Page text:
Geranium carolinianum (Carolina Crane's-Bill)

This project collects observations of Geranium carolinianum (Carolina Crane's-Bill) in California for the purpose of facilitating identification and preventing misidentification of this species in iNaturalist.

Geranium carolinianum is a species of flowering plant in the geranium family (Geraniaceae) known by the common names: Carolina geranium or Carolina crane's-bill.

Photo tips:

  • It’s important to get a picture of the entire plant.
  • It's also helpful to get close-up pictures of the face of the flowers, sepals, leaves, and fruits, if present.
  • If there are multiple plants in the picture, it’s helpful to crop your photo to focus on the plant of interest.

How to identify Geranium carolinianum:

  • Stems: The plant has erect stems covered in spiky hairs. The color of the stem is typically pink to red.
  • Leaves: There are two leaves per node on each stem (opposite leaves). There are pointed red stipules at the base of the petioles and branch axils. There is a tendency for the bracts to turn reddish in fruiting state.
  • Flowers: The inflorescence a short, tight cluster of one to several small flowers that grow off the main stems. The five petals are rounded and notched and come in shades of white, light pink, and lavender. G. carolinianum has the lightest flower color of all the small Geraniums. Each flower has five pointed sepals that can be as long as the petals. The carpels have hair and are fused together.
  • Fruits are keeled, have dense hairs and red tips.
  • Habitat: Open to shaded sites, grassland, scrub, forest.
  • Flowering Time: February through August.


Similar species:

  • Geranium dissectum (Cut-leaved Crane’s Bill)
  • Geranium molle (Dove’s-foot Crane’s Bill)
  • Geranium pusillum (Small-flowered Crane’s Bill)
  • Geranium maculatum (Wild Geranium)

How to differentiate G. carolinianum from G. dissectum:

  • G. carolineanum is pale pink, lavender or white; G. dissectum is a darker, vivid pink.


Publicado por truthseqr truthseqr, 14 de janeiro de 2022, 02:06 PM


A friend posted a Geraniuim observation that I found, which he had marked as "carolinianum", but I both wasn't so sure, and had long wanted to work out the distinctions of G. carolinianum, a rare native in my Seattle / Vancouver Puget Trough, primarilly from G. dissectum, introduced here. I spent most of yesterday working on it. Here is what I came up with:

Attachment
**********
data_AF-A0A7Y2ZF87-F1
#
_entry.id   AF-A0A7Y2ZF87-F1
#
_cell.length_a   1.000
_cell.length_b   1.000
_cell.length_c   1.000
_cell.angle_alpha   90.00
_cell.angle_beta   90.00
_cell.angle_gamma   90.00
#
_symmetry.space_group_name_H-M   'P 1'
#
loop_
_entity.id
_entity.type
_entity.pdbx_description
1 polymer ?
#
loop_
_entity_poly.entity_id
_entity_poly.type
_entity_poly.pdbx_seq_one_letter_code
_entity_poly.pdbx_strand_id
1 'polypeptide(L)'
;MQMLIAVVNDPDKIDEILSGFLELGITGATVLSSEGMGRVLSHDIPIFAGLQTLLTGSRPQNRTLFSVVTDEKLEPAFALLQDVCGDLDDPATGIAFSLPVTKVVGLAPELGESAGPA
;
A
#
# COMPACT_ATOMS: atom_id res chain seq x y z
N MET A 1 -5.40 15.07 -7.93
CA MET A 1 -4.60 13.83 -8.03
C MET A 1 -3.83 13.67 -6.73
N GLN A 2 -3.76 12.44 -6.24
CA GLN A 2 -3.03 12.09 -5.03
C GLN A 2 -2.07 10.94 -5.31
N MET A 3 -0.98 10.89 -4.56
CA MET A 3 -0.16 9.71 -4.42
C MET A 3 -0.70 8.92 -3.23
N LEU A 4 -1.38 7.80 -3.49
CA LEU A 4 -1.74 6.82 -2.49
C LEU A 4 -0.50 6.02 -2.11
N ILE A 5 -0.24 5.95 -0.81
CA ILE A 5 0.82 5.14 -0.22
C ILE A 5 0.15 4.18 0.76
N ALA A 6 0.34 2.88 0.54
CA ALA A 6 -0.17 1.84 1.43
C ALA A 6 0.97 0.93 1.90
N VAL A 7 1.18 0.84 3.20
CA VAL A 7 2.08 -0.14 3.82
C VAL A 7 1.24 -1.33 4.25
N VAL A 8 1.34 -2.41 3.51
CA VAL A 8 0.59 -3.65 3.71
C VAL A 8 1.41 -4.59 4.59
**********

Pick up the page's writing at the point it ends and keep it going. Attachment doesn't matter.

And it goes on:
G. carolinianum has flowers that average paler than dissectum, carolinianum medium red-pink to white, dissectum medium pink to a deeper, darker purple-red, with a bit of overlap between color of the 2. Carolinianum has only a shallow notch, or no notch, at the end of the petal. The notches of dissectum average deeper, the deepest deeper than any carolinianum notch I found. The pedicels of carolinianum are shorter than those of dissectum, and roughly as long as the carolinianum sepals, leading to a tighter flower head. Also G. bicknellii has much longer pedicels (and G. columbinum probably longer still). The leaves of dissectum with the narrowest lobes, have narrower lobes than carolinianum leaves with the narrowest lobes, with most dissectum leaf lobe width overlapping with carolinianum leaf lobe widths. Sepals of carolnianum are wider, longer haired, and bend back at the midrib, a feature I found, but didn't find in Hitchcock, or other references. A long tooth at the end of the sepal is about the same in carolinianum and dissectum, but distinguish them from G. molle or G. pusillum, with a tiny tooth, to no tooth, at the end of the sepal. Carolinianum might have longer stipules. I'll have to check some more images for that feature I only suspected after tagging someone that focused on the stipules in his observation photos, getting his reply after looking at all of the western US carolinianum observations.

Not necessarilly different, but notable:
Carolinianum often grows on river edges, making it adapted to other disturbed soils that post-agricultural humans have created, including clearcuts, gravelly road edges, road cuts, lawns, and other naturally disturbed soils, such as upturned tree root soil. One Los Angeles area observer reports it is restricted there to natural chaparral, and grasslands, while, in the eastern US, as well as natural sites, it is adapted to disturbed sites.

Publicado por stewartwechsler 2 meses antes (Sinalizar)

@stewartwechsler, thank you for this detailed analysis. This is very helpful information.

Publicado por truthseqr cerca de 2 meses antes (Sinalizar)

My pleasure!

Publicado por stewartwechsler cerca de 2 meses antes (Sinalizar)

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